PCN North East Lincs group summary of discussion Sept 2014

Our response to the chapter in Tony Windross’s book, The Thoughtful Guide to Faith entitled Thinking About the Meaning of Life.

After grappling with the mathematical conundrums in the Hitch Hikers Guide to the Galaxy, as to whether the answer to the question of the meaning of life is 42 or 48, we settled down to reflecting on one another’s experiences over the past fortnight. This was a good introduction to the subject.

Views, as to the meaning of life, varied as to the feelings of being valued, which might change as life experiences and circumstances changed, whilst the advancement of age might mean being valued was less felt.

Choice was seen to be important. The choice of being able to take advantage of the freedom one has, in opportunities of education, to grow, and to mature in one’s own journey through life. The importance of recognising ones place in history, particularly one’s own history, as one’s own story developed. Perhaps the Jewish community has a lot to teach us in this respect as they frequently refer to their nation’s history in their life experiences.

The importance of being here for one another and that we do not live in isolation was recognised, and the fact that we all have an impact on one another, as they have an impact on us. Life is for living and can be described as a river, the source being always there, but its flow is interrupted by rocks and other obstacles.

The importance of living in the now was discussed, but we acknowledged that this is extremely difficult, because the past and the future are always around us having their impact. The world of a sufferer of dementia is not a good place to be as their past and their future are no longer part of their understanding.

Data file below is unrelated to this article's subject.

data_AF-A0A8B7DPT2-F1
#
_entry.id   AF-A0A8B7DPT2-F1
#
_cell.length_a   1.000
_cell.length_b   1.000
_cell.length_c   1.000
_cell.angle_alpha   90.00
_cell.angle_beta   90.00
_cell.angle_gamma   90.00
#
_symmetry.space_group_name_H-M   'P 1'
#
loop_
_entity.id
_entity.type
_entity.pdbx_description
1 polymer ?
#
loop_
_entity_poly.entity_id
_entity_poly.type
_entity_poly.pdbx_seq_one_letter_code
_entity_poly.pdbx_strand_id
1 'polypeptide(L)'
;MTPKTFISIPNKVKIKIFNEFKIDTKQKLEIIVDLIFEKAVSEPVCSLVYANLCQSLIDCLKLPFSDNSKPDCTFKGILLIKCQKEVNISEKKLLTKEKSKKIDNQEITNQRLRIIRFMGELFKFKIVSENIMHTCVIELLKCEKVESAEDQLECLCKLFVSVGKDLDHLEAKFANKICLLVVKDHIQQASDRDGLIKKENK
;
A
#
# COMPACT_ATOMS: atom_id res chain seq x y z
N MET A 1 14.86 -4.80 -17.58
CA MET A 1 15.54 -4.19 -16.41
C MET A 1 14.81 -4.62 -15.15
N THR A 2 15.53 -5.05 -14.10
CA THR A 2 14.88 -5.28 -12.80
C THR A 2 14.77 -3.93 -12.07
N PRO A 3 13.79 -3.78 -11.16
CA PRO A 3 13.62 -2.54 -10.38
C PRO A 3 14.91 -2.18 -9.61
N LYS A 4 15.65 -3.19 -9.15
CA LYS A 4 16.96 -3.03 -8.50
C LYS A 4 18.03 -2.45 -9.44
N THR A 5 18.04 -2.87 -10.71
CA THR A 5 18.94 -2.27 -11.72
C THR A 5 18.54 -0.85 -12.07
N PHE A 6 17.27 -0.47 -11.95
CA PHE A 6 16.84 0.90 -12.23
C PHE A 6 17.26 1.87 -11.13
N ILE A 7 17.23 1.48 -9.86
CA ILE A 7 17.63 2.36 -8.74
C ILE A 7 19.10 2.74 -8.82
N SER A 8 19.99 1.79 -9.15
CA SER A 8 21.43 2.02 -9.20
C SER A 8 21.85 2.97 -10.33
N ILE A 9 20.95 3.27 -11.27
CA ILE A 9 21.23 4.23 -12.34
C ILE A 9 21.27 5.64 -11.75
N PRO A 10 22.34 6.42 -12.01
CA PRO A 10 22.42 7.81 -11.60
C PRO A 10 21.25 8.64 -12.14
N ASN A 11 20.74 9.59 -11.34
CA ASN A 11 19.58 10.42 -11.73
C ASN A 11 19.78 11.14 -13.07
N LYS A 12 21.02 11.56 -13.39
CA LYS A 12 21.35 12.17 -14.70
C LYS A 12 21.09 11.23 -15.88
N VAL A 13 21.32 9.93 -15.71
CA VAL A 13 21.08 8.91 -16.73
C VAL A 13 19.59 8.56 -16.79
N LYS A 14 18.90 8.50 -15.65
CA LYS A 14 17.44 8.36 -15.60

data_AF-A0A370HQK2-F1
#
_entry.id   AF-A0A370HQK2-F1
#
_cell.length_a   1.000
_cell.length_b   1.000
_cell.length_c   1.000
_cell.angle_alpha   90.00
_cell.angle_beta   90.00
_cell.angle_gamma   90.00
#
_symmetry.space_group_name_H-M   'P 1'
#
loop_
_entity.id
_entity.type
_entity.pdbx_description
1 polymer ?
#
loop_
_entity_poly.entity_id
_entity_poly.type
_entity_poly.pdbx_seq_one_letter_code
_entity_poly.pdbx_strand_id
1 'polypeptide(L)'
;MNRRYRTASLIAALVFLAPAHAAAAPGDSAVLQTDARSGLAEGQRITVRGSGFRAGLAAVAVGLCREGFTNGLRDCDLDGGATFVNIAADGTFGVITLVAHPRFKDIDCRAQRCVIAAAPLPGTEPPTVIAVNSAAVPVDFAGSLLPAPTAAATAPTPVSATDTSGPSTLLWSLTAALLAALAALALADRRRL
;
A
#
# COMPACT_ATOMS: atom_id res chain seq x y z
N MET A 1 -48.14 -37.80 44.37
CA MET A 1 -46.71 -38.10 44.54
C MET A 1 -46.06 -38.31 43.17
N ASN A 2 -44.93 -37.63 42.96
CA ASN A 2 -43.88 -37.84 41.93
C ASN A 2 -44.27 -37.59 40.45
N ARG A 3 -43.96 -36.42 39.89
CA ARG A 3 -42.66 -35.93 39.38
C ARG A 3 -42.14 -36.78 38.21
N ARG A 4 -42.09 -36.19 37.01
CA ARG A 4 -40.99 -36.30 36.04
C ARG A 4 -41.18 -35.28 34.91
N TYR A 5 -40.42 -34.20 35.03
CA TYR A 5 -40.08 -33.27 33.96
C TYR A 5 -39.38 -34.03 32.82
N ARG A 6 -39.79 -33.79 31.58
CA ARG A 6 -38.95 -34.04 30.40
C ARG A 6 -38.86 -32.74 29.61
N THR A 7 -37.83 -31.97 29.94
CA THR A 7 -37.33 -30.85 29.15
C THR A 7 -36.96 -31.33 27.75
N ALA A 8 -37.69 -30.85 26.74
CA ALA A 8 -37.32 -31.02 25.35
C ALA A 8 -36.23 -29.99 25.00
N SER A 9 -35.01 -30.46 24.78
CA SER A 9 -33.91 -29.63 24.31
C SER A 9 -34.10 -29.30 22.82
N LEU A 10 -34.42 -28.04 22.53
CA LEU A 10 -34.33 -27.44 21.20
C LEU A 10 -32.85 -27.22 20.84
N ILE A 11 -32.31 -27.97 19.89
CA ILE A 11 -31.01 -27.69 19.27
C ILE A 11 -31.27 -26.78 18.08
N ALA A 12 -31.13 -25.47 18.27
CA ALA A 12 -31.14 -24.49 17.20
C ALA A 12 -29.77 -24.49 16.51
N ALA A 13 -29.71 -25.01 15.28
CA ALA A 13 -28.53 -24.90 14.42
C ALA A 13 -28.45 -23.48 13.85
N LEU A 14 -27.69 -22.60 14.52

The experience of silence especially during meditation is to be recommended, so that one can focus on the now and among other things of who I am. Focusing on who I am can be difficult to accept. It was acknowledged that we are all predators and are therefore also prey. Life becomes a jigsaw as all the bits fit together.

We all grappled with the concept of the universal spirit which for
Christians is the Holy Spirit, but to those of other religions and other concepts has a variety of identities and names. It can be seen as spiritual forces pulling and pushing in all directions.

Another analogy put forward was that of the tripod. Love God, love ones neighbour and love ones self, though sometimes it can be difficult to love one’s self. Life can depend on the one statistical chance, being in the right or the wrong place at any one time.

For some Jesus Christ is the role model for life, whether one has been brought up that way or by conscious thought has adopted it. As one grows and comes to an understanding of his or her role, then they can make it their own.

The atheist who thinks Christians have all the answers will be disappointed for no one has the definitive answer to the question on the meaning of life, and as for the afterlife perhaps ones spirit or matter joins the universal spirit in the cosmos and in that way live forever who knows?

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